Taal Volcano emits 11,499 tons of sulfuric gas, highest in 2023
LUCENA CITY — Taal Volcano on Thursday, November 9, spewed another record-high volume of sulfur dioxide for the year, according to the Philippine Institute of Volcanology and Seismology (Phivolcs).
“A total of 11,499 tonnes/day of volcanic sulfur dioxide or SO2 gas emission from the Taal Main Crater was measured today, 09 November 2023. This is the highest recorded SO2 emission from Taal for the year,” Phivolcs said in an advisory issued at 3 p.m.
On October 12, Taal Volcano recorded 9,762 tonnes/day of volcanic sulfur dioxide from the main crater of the volcano that sits on Taal Volcano island (TVL) in the middle of Taal Lake in Batangas province.
The state volcanologists said that their visual monitors show “continued pronounced upwelling of volcanic fluids in the Main Crater that generated rather short and weak- to moderate-volume degassing plumes.”
The agency said that strong winds drifted the plumes to the southwest but no volcanic smog or vog over Taal Caldera was observed throughout the day.
However, the wind forecasts of the Philippine Atmospheric, Geophysical and Astronomical Services Administration indicate a probable weakening of wind later in the day and tomorrow, November 10, “which may lead to potential SO2 accumulation and vog formation” over the Taal region, the Phivolcs said.
Vog consists of fine droplets containing volcanic gas such as SO2 which is acidic and can cause irritation of the eyes, throat and respiratory tract with severities depending on the gas concentrations and durations of exposure.
Authorities warned that people who may be particularly sensitive to vog are those with health conditions such as asthma, lung disease and heart disease, the elderly, pregnant women and children.
Local governments were asked to continuously monitor and assess volcanic O2 and vog exposure of, and potential impacts on, their communities and undertake appropriate response measures to mitigate these hazards.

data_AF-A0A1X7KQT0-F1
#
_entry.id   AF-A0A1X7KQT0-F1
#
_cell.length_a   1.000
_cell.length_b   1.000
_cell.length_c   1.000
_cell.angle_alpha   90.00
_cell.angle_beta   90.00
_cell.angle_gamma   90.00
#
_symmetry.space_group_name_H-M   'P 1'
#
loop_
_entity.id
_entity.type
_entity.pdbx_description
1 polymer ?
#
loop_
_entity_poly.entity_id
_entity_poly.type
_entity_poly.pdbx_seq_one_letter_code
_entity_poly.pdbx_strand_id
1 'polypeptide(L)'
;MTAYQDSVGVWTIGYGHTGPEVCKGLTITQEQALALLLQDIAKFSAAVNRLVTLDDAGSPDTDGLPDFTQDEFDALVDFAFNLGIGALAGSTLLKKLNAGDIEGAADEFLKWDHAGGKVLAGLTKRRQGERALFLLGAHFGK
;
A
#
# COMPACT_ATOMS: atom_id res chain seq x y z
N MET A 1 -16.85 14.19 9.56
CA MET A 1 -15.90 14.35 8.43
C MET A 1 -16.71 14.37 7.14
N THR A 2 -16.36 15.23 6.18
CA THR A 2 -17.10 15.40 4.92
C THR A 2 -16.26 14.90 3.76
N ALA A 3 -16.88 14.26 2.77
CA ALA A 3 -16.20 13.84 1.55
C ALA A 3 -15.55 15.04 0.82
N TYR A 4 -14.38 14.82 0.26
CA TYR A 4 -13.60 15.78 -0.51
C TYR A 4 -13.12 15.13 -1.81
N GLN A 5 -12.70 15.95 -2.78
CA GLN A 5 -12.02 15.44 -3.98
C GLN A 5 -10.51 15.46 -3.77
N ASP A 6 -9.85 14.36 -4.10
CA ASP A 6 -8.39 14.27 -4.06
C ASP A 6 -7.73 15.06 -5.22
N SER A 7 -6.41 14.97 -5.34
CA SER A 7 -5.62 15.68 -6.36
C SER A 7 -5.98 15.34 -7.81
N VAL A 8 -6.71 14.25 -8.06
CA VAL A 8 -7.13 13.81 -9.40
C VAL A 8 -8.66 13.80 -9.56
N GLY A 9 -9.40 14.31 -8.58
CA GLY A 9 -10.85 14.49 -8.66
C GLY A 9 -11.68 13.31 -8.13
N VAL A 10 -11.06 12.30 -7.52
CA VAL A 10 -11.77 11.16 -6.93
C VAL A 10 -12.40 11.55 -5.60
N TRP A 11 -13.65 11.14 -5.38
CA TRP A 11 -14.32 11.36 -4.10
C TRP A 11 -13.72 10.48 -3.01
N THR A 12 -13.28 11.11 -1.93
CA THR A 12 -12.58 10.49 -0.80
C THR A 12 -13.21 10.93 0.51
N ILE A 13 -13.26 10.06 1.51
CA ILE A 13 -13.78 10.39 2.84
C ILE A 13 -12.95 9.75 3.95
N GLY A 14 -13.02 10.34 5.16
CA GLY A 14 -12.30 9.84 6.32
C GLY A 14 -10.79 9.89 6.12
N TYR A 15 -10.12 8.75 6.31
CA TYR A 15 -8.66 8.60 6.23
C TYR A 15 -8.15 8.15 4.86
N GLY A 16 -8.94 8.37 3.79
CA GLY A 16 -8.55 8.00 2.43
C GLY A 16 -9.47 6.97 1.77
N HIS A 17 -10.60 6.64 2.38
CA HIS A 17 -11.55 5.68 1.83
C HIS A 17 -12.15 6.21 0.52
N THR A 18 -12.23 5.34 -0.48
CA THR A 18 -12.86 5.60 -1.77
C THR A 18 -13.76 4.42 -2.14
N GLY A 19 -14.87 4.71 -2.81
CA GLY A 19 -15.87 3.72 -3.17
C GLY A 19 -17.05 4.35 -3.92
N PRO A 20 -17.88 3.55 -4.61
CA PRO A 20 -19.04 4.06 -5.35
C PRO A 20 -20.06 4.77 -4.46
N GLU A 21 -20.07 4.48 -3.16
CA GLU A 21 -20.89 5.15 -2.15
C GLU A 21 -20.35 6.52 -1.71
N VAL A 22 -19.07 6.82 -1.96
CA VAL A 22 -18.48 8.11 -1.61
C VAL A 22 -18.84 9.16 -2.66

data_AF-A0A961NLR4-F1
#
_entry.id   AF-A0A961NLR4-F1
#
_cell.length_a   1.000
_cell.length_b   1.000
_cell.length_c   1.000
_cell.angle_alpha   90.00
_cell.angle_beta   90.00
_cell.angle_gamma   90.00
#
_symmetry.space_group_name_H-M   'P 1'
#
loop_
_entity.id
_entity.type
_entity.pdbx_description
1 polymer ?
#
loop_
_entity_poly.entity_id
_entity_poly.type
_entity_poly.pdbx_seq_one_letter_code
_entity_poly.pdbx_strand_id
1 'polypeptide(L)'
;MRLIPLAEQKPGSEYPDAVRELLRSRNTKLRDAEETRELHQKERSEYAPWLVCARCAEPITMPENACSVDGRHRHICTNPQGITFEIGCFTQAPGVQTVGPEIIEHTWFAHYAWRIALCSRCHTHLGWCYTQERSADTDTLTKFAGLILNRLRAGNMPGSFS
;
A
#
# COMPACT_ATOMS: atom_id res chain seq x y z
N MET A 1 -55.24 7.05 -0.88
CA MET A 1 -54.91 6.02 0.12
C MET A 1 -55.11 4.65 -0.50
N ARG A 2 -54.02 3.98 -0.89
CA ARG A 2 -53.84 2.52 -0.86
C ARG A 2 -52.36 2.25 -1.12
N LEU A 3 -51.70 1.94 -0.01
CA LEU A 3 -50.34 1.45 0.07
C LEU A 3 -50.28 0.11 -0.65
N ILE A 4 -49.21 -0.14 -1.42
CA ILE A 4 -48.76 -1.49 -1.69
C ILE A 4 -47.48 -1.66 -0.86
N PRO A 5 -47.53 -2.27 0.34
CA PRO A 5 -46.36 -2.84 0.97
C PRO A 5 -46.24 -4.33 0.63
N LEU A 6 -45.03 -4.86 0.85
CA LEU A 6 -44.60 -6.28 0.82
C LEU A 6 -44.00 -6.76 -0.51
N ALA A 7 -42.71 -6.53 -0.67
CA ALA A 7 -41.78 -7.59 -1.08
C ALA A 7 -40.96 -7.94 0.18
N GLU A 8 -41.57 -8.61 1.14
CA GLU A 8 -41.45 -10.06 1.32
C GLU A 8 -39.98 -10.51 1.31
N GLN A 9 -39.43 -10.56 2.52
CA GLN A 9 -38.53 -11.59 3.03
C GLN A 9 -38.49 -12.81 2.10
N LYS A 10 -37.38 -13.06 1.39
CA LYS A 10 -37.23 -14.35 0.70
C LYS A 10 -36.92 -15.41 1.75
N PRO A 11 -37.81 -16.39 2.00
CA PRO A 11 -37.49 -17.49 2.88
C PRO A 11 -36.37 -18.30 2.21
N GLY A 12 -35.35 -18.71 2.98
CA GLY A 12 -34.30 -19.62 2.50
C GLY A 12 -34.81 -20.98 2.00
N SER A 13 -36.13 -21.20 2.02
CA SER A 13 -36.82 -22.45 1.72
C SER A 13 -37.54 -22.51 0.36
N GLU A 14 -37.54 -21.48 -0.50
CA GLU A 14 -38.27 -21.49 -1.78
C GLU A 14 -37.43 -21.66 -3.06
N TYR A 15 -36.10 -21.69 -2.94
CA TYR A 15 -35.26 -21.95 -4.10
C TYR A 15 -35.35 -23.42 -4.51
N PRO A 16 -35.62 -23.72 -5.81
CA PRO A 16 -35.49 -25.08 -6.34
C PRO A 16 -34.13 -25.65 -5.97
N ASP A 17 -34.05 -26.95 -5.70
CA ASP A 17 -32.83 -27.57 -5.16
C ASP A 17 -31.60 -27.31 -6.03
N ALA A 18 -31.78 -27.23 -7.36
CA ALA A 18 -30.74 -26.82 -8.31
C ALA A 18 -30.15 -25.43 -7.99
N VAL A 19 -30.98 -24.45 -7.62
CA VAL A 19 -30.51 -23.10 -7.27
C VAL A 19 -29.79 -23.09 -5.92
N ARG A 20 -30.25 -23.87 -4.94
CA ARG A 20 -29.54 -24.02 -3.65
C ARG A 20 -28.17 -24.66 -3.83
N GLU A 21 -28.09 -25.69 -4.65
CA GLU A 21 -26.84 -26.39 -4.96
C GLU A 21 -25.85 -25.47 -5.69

“In addition, acid rain can be generated during periods of rainfall and volcanic gas emission over areas where the plume disperses, causing damage to crops and affecting metal surfaces such as roofs of houses and buildings,” the Phivolcs warned.
The Phivolcs reported that Taal Volcano has been continuously degassing high concentrations of volcanic SO2 since March 2021 and emissions since September 2023 have averaged 5,019 tonnes/day.
Moderate tremors have been recently exhibited by the volcano, according to Phivolcs.
“Of the 415 volcanic earthquakes recorded since 1 September 2023, 362 were weak volcanic tremors associated with volcanic gas activity,” it reported.
Taal Volcano remains under alert level 1 (low level of volcanic unrest), according to the state volcanologist.
Phivolcs reminded the public that Taal Volcano remained in an “abnormal condition” and “should not be interpreted to have ceased unrest nor ceased the threat of eruptive activity.”
Under alert level 1, sudden steam-driven or phreatic explosions, volcanic earthquakes, minor ashfall and lethal accumulations or expulsions of volcanic gas can occur and threaten areas within Taal Volcano Island, Phivolcs said.
Phivolcs said entry into the volcano island and Taal’s permanent danger zone, especially the vicinity of the main crater and the Daang Kastila fissure, as well as human activities on Taal Lake, must be prohibited.